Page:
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Image 1 of The Courier Journal, April 7, 2012

Part of Porter, Jean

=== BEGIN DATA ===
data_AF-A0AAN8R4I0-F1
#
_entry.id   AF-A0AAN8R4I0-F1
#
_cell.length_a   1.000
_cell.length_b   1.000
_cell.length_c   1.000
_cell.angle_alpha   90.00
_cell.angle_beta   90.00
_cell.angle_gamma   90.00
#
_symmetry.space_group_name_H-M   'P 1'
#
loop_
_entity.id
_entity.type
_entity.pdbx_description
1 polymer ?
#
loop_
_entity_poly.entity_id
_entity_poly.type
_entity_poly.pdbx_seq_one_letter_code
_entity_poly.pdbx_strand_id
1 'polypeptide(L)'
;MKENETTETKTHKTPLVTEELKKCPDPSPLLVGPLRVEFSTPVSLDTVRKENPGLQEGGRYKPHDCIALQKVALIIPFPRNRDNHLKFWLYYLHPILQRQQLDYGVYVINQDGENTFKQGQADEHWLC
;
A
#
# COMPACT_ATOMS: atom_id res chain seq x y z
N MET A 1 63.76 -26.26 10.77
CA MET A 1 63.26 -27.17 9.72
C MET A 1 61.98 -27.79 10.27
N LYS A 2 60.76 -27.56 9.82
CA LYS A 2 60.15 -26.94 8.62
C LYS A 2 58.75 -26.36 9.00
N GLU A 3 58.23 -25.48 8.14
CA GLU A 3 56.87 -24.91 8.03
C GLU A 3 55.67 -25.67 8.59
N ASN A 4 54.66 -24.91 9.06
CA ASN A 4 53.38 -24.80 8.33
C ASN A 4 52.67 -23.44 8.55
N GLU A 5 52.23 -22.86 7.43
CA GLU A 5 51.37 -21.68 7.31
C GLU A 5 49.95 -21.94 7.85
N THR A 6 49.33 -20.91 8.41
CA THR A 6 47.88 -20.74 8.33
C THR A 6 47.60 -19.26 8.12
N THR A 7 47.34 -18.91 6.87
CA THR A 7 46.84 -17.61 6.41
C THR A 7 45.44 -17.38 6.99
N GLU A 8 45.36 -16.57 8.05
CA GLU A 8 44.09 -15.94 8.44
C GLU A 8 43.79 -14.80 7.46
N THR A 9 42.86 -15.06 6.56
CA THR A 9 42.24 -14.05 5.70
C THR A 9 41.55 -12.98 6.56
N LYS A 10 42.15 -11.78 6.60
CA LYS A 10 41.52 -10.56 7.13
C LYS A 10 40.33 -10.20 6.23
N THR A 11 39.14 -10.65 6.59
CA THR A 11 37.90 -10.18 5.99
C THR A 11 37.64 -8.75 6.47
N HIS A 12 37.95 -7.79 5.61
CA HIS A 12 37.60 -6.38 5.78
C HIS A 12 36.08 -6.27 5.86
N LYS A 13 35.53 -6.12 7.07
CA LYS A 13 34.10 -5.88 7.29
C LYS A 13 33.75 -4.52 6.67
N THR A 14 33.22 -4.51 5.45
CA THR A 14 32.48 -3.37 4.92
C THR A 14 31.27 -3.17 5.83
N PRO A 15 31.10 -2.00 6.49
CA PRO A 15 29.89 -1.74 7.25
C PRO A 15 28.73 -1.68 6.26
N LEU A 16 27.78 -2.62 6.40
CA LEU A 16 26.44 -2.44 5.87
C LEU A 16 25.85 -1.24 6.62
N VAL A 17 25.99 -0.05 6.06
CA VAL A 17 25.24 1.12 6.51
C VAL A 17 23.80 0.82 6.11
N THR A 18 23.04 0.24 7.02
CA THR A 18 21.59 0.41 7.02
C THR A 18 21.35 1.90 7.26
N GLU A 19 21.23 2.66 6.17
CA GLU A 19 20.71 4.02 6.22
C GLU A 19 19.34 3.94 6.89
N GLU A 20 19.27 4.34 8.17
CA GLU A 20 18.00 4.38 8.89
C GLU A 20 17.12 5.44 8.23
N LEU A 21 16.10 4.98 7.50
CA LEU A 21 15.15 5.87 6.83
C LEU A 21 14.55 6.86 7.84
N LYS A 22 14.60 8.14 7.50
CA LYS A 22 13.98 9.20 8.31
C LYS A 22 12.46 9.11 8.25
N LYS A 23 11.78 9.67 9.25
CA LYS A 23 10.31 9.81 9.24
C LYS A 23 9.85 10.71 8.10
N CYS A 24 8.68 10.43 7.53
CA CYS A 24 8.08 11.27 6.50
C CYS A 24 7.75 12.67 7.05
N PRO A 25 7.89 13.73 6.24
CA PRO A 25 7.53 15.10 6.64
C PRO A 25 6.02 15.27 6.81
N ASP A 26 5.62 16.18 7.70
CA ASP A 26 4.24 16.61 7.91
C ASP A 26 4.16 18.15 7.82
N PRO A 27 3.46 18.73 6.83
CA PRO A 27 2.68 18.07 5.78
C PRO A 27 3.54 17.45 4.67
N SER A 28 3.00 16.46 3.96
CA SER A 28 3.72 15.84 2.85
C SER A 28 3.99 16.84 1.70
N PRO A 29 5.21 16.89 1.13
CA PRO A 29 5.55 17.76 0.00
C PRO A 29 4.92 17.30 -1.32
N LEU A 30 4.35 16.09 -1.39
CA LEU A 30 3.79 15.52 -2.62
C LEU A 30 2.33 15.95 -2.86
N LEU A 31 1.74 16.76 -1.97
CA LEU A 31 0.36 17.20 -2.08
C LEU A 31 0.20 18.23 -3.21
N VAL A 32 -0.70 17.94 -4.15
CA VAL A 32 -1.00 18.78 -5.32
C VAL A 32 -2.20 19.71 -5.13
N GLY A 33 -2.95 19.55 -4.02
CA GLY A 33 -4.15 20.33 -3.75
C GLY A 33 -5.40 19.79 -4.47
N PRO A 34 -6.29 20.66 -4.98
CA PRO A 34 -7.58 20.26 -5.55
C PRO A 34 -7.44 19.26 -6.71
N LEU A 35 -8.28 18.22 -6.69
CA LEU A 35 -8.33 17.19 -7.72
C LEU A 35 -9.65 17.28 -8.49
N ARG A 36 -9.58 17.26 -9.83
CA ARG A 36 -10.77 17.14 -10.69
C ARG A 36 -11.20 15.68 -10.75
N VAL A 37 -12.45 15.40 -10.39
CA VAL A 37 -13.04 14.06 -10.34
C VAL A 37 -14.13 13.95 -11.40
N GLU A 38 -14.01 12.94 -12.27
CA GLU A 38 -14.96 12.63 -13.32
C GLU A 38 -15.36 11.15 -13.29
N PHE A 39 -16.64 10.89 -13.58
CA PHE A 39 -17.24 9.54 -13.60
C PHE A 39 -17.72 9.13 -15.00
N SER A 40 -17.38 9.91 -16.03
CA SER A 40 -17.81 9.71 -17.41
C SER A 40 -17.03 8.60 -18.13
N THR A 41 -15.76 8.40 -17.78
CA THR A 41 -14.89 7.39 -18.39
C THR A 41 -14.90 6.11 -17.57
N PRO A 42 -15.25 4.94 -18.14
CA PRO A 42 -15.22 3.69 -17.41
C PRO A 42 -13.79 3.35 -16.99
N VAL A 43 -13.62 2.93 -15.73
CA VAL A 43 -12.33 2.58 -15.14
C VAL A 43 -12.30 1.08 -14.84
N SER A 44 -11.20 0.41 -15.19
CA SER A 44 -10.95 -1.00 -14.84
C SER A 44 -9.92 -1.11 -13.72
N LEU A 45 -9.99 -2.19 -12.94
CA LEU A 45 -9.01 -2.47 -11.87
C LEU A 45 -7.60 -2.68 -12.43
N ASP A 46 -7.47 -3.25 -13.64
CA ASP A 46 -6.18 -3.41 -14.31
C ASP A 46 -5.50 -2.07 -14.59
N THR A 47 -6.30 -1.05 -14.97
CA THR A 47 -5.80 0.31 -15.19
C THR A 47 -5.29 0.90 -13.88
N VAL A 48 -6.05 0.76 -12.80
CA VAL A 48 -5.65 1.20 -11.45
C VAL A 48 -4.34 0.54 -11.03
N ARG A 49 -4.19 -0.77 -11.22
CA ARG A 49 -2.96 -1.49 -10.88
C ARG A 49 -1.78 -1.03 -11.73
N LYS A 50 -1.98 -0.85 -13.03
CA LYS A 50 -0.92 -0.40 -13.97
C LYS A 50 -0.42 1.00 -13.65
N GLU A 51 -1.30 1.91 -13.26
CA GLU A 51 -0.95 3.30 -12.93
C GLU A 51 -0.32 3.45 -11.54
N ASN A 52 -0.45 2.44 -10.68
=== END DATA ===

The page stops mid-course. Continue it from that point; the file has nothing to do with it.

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Time: 04-06-2012 22:56 User: mstollhaus PubDate: 04-07-2012 Zone: IN Black Yellow Magenta Cyan SPORTS | C1 HOME OF THE WEEK | D1, D4, D5 Future Cardinal shows moves in Derby classic REFLECTION OF ROOTS INDIANA EDITION Edition: 1 Page Name: A 1 Color: courier-journal.com LOUISVILLE, KENTUCKY S A T U R D AY , A P R I L 7 , 2 0 1 2 USPS 135560 ‘Pill mill’ bill still in works BEST Doctors’ group, others maneuvering to shape prescription measure SUNDAY’S By Mike Wynn mwynn@courier-journal.com The Courier-Journal WEST LIBERTY PROGRESS FRANKFORT, Ky. — Proponents and critics of a bill that takes aim at illegal pill mills and prescription drug abuse in Kentucky jockeyed for influence Friday over final provisions in the measure as this year’s legislative session winds to a close. Gov. Steve Beshear and Attorney Gen- eral Jack Conway aligned with key lawmakers in a bipartisan effort to call for passage of House Bill 4 on the final day of the session Thursday — usually reserved for consideration of bills vetoed by the governor. The governor’s office distributed a news release with statements of support from Beshear, Conway, Senate Majority Leader Robert Stivers, a Manchester Republican; Republican Sen. Jimmy Higdon Since a string of tornadoes killed 35 people in the region, West Liberty, Ky., has made noticeable progress toward recovery. of Lebanon; Democratic Rep. John Tilley of Hopkinsville; and House Speaker Greg Stumbo, a Prestonsburg Democrat who is sponsoring the bill. “Every day that we delay strengthening our response to prescription drug abuse is another opportunity for a Kentuckian to fall victim to this devastating scourge,” Beshear said. See PILL MILLS, Page A8 Gov. Steve Beshear Pro wrestling has become the avenue for an Iraq war amputee trying to live out a dream and GRAPPLE Sunday News A1 SAVING WITH MELISSA BACK Dollars & Sense columnist Melissa Poore tells how organizing your coupons can help ring up the savings. Sunday Features E1 By Peter Smith pesmith@courier-journal.com The Courier-Journal FATHER-SON JOURNEY A bar mitzvah trip to Hungary helps a Louisville father and son bond with each other and embrace their heritage. Sunday Features E1 Michael Hayes, who lost a leg during an attack in Iraq in 2006, competes last month at Ohio Valley Wrestling. ANGELA SHOEMAKER/SPECIAL TO THE COURIER-JOURNAL Employers add jobs, but number is disappointing DIAMOND JUBILEE Louisville Ballet will celebrate its 60th anniversary with performances featuring choreography by ballet headmistress Mikelle Bruzina to original music by Ben Sollee. Sunday Arts I-1 By Kevin G. Hall McClatchy Newspapers WASHINGTON — A sharp slowdown in hiring during March, reported Friday by the Labor Department, renewed concern that the U.S. economy still isn’t firing on all cylinders. Employers added a fewer-than-expected 120,000 jobs last month, about half as many as anticipated, the Bureau of Labor Statistics reported. Still, the unemployment rate ticked down a tenth of a point to 8.2 percent — due to a decline in the number of people looking for jobs — adding to the confu- For home delivery pricing see Page 2. IN DLY Text CJNEWS to 44636 (4INFO) for the local news alerts See JOBS, Page A2 INDEX BREAKING NEWS ON YOUR CELL PHONE $1.00 retail sion greeting the March numbers. The numbers contradicted several recent positive economic reports, but also came as the prices of crude oil and gasoline soared. Oil prices jumped almost $2 on Thursday to settle at $103.31 a barrel ahead of the Easter weekend. A gallon of gasoline averaged $3.936 on Friday, up from $3.761 a month ago. The question is whether March’s weak jobs report is the start of a trend. “Despite the disappointing numbers for March, I continue to expect a job gain of close to 2 million this year and an TODAY 70 49 WEATHER | B2 TOMORROW 69 36-HOUR FORECAST Southern Indiana: Patchy frost early today; warmer later. Sunny tomorrow. Business Classified Comics Deaths Editorial Features B8 E1 D6 B7 A6 D1 48 PAGES Indiana B1 Lottery A2 Markets B9 Movies Scene Sports C1 TV D7 AT COURIER-JOURNAL.COM Find and write your own neighborhood news every day at courier-journal.com/ louisville-neighborhoods Hundreds in the crowd chanted his name, pounding the risers with their feet. The stocky, 209-pound Michael Hayes stood in the ring, his trunks and prosthetic left leg sporting a matched set of green and brown camouflage. Hayes’ rival, Mohamad Ali Vaez, with the chiseled physique of a personal trainer and a dramatic cascade of wavy hair, got the best of Hayes in the early going of their March 3 bout at the Davis Arena in Newburg — a warehouse-turned-staging area for Ohio Valley Wrestling, Louisville’s main venue for professional wrestling, with all its bombast and theatrics. Vaez launched a rapid set of jabs, trapped Hayes against the ropes, staggered him to the mat with a deafening clang and put him in a headlock. This being professional wrestling, it was all theatrics among real-life friends. But as Hayes staggered and writhed, looking punch-drunk and dazed, he could have been drawing on his recent past — maybe that day in Iraq, Aug. 4, 2006 — when he lay in flames, wounded by an improvised explosive device that killed three others in his armored personnel carrier. See WRESTLER, Page A5 Oxmoor Hyundai Hyundai of Louisville WANTED GOOD PEOPLE WITH CREDIT PROBLEMS Have you heard no in the past? 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